The case for carbs
I can’t tell you how often I hear athletes say they’re going to cut carbs in their diet because they want to drop a few pounds. The strategy goes something like this: Scrambled eggs for breakfast without toast, water during practice, grilled chicked and veggies for dinner – then a big bowl of ice cream for dessert!
If you’re thinking about this intelligently, scrapping toast and keeping ice cream isn't the wisest choice. The toast – especially if it’s multi-grain – provides fuel that a volleyball player needs and is complementary to a balanced diet. The ice cream, not so much.
My main point: carbohydrate isn’t the enemy that it’s been made out to be. For volleyball players and all other athletes, carbs are essential. They contribute to optimum muscle contraction and also promote better mental acuity for quick decision-making on the court.
Athletes have to remember that their nutrition needs are very different than the needs of a sedentary office worker who sits in front of a computer all day. When office workers cut down on carbs, it’s usually a good choice because they don’t spend a lot of time during their day contacting their muscles. But athletes do. They need carbs in every meal to give them the best opportunity to succeed.
The optimal amount varies
The amount of carbohydrate you eat should depend on your activity level during that day. If you’re going to practice for two or three hours instead of one hour, have an extra cup of cereal in the morning or an apple with your turkey sandwich at lunch in addition to a sports drink or a snack during practice. It’s especially important to increase carbohydrate intake on days you have a double practice session or a tournament. When you have a day off, you can skip the sports drink and eat a little less.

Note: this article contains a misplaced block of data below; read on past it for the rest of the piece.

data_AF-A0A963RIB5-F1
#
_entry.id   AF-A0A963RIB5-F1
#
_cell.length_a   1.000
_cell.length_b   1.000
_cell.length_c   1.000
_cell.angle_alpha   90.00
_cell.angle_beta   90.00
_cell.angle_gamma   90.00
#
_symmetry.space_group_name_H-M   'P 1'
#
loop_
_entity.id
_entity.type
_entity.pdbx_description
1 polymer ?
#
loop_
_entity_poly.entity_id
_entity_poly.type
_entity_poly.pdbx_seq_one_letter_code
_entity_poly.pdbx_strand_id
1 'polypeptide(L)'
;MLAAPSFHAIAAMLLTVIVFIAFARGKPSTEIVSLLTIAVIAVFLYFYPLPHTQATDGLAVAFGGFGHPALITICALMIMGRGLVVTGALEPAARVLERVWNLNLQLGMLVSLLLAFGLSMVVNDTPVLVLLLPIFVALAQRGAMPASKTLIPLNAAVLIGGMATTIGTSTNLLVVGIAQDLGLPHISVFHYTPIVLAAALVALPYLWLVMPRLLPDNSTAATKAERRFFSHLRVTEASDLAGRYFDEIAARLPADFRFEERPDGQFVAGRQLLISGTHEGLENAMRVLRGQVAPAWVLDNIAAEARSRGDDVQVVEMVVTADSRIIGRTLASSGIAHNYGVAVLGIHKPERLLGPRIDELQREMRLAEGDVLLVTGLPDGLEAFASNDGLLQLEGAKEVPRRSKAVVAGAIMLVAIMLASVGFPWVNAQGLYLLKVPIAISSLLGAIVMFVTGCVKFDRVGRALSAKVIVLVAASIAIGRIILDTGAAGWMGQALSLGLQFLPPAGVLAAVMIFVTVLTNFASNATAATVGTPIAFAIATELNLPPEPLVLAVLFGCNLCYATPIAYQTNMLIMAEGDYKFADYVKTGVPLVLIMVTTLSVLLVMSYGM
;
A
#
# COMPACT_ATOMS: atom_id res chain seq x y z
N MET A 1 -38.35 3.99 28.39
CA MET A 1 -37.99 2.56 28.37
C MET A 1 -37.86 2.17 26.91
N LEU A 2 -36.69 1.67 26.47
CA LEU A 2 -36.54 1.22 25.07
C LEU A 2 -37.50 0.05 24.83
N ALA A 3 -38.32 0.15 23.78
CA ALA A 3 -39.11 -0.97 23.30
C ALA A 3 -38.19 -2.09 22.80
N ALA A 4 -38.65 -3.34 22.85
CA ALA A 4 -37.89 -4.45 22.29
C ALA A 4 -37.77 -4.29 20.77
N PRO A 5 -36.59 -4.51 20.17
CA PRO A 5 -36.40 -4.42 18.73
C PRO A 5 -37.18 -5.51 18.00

Toast and pancakes are a good option if you choose whole grain and top them with almond or peanut butter and sliced bananas.
Cereal is a good choice, but look for one that doesn’t list sugar as the first or second ingredient and doesn’t contain high fructose corn syrup. That’s easier said than done. IF you have a favorite cereal that does have a lot of sugar, compromise. Mix it half and half with a low-sugar cereal like oat bran, oatmeal, muesli, bran flakes or Grape-nuts. Top your cereal with non-fat or low-fat milk or yogurt.
As a dairy source, try some Greek yogurt or kefir with your cereal. Fruit is always a good choice, either with cereal or on the side. Berries, apple slices, grapefruit, oranges. Don’t be boring. Too many athletes have a banana on their cereal every single day. Mix it up. Variety is good.
Smoothies work, too. Mix together fruit and non-fat or low-fat milk or yogurt. Almond milk is all the rage these days, but if you’re choosing it for a good source of protein, non-fat or low-fat milk or soy milk are better options.
Afternoon and evening carbs
Pasta, like carbs in general, isn’t the enemy. It’s true that you shouldn’t overload on it, but if you choose whole wheat rather than regular, red sauce with some veggies rather than cream sauce and eat it in moderation, its good fuel.
Other options: brown or wild rice, couscous, quinoa, lentils, sweet potatoes and corn. All of these provide a good source of fiber, vitamins and minerals.
Potatoes are fine in moderation, but don’t make the mistake of counting them as your vegetable and also gobbling another portion of carbs. If you have a potato, that’s your carb for the meal.
As for sandwiches, whole grain bread is a better choice than white – unless you’re 30 minutes away from a strenuous practice. Then white bread is preferable because your body can process it more quickly.
Veggies can be a great source of carbohydrate in your meals and snacks. Some to consider for higher carbohydrate content: butternut squash, beets, artichokes, green beans, onions, pumpkin, carrots, tomatoes, asparagus and broccoli. Be creative. You can turn the previous night’s dinner of chick, brown rice and veggies into a tasty, pre-practice lunch or snack. Remember to bring any leftovers in a cooler bag.